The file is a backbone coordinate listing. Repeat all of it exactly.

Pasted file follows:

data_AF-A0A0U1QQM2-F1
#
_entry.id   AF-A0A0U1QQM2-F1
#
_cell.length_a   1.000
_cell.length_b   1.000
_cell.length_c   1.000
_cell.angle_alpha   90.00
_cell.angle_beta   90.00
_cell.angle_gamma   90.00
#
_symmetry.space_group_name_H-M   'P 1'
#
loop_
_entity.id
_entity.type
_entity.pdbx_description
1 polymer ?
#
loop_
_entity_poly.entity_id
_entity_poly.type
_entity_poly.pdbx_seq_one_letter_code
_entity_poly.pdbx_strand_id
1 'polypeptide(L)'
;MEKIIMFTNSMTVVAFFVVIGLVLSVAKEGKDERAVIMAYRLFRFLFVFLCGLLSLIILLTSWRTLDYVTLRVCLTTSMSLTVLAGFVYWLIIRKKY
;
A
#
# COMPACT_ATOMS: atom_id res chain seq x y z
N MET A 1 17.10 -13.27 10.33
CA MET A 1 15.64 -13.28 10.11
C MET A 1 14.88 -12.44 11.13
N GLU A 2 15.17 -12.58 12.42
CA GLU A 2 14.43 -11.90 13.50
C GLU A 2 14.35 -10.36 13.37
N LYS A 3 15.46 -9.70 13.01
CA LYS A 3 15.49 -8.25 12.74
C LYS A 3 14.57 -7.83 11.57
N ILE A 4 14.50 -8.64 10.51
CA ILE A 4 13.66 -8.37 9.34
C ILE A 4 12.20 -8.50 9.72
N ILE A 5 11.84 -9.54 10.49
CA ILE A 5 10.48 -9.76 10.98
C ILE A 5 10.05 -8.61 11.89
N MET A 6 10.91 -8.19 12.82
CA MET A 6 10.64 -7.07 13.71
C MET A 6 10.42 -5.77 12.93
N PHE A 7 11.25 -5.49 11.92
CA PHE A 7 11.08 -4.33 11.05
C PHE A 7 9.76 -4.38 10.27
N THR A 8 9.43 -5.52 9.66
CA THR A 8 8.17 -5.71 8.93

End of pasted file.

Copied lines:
data_AF-A0A0U1QQM2-F1
#
_entry.id   AF-A0A0U1QQM2-F1
#
_cell.length_a   1.000
_cell.length_b   1.000
_cell.length_c   1.000
_cell.angle_alpha   90.00
_cell.angle_beta   90.00
_cell.angle_gamma   90.00
#
_symmetry.space_group_name_H-M   'P 1'
#
loop_
_entity.id
_entity.type
_entity.pdbx_description
1 polymer ?
#
loop_
_entity_poly.entity_id
_entity_poly.type
_entity_poly.pdbx_seq_one_letter_code
_entity_poly.pdbx_strand_id
1 'polypeptide(L)'
;MEKIIMFTNSMTVVAFFVVIGLVLSVAKEGKDERAVIMAYRLFRFLFVFLCGLLSLIILLTSWRTLDYVTLRVCLTTSMSLTVLAGFVYWLIIRKKY
;
A
#
# COMPACT_ATOMS: atom_id res chain seq x y z
N MET A 1 17.10 -13.27 10.33
CA MET A 1 15.64 -13.28 10.11
C MET A 1 14.88 -12.44 11.13
N GLU A 2 15.17 -12.58 12.42
CA GLU A 2 14.43 -11.90 13.50
C GLU A 2 14.35 -10.36 13.37
N LYS A 3 15.46 -9.70 13.01
CA LYS A 3 15.49 -8.25 12.74
C LYS A 3 14.57 -7.83 11.57
N ILE A 4 14.50 -8.64 10.51
CA ILE A 4 13.66 -8.37 9.34
C ILE A 4 12.20 -8.50 9.72
N ILE A 5 11.84 -9.54 10.49
CA ILE A 5 10.48 -9.76 10.98
C ILE A 5 10.05 -8.61 11.89
N MET A 6 10.91 -8.19 12.82
CA MET A 6 10.64 -7.07 13.71
C MET A 6 10.42 -5.77 12.93
N PHE A 7 11.25 -5.49 11.92
CA PHE A 7 11.08 -4.33 11.05
C PHE A 7 9.76 -4.38 10.27
N THR A 8 9.43 -5.52 9.66
CA THR A 8 8.17 -5.71 8.93